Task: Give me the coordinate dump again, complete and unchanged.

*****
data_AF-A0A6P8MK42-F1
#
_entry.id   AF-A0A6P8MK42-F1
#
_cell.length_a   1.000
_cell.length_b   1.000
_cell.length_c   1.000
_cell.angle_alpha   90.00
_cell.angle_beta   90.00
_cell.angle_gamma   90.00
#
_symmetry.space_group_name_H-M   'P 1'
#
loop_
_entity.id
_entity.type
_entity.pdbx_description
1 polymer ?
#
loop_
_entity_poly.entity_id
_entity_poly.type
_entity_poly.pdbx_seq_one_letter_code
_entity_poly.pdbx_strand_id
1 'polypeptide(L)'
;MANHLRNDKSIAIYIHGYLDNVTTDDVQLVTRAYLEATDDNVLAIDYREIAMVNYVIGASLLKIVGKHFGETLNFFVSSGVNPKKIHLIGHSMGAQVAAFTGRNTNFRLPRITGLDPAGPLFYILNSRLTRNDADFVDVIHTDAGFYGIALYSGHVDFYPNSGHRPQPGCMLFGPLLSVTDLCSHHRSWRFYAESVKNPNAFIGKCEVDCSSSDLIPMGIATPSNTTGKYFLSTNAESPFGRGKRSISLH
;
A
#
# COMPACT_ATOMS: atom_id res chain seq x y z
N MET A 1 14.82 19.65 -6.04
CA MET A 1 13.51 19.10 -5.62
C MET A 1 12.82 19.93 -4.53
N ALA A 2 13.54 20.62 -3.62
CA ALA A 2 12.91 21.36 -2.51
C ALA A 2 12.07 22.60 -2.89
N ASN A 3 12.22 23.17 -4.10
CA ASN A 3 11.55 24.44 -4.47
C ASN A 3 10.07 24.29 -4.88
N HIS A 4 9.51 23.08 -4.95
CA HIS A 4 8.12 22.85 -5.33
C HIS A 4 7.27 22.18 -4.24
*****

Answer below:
data_AF-A0A6P8MK42-F1
#
_entry.id   AF-A0A6P8MK42-F1
#
_cell.length_a   1.000
_cell.length_b   1.000
_cell.length_c   1.000
_cell.angle_alpha   90.00
_cell.angle_beta   90.00
_cell.angle_gamma   90.00
#
_symmetry.space_group_name_H-M   'P 1'
#
loop_
_entity.id
_entity.type
_entity.pdbx_description
1 polymer ?
#
loop_
_entity_poly.entity_id
_entity_poly.type
_entity_poly.pdbx_seq_one_letter_code
_entity_poly.pdbx_strand_id
1 'polypeptide(L)'
;MANHLRNDKSIAIYIHGYLDNVTTDDVQLVTRAYLEATDDNVLAIDYREIAMVNYVIGASLLKIVGKHFGETLNFFVSSGVNPKKIHLIGHSMGAQVAAFTGRNTNFRLPRITGLDPAGPLFYILNSRLTRNDADFVDVIHTDAGFYGIALYSGHVDFYPNSGHRPQPGCMLFGPLLSVTDLCSHHRSWRFYAESVKNPNAFIGKCEVDCSSSDLIPMGIATPSNTTGKYFLSTNAESPFGRGKRSISLH
;
A
#
# COMPACT_ATOMS: atom_id res chain seq x y z
N MET A 1 14.82 19.65 -6.04
CA MET A 1 13.51 19.10 -5.62
C MET A 1 12.82 19.93 -4.53
N ALA A 2 13.54 20.62 -3.62
CA ALA A 2 12.91 21.36 -2.51
C ALA A 2 12.07 22.60 -2.89
N ASN A 3 12.22 23.17 -4.10
CA ASN A 3 11.55 24.44 -4.47
C ASN A 3 10.07 24.29 -4.88
N HIS A 4 9.51 23.08 -4.95
CA HIS A 4 8.12 22.85 -5.33
C HIS A 4 7.27 22.18 -4.24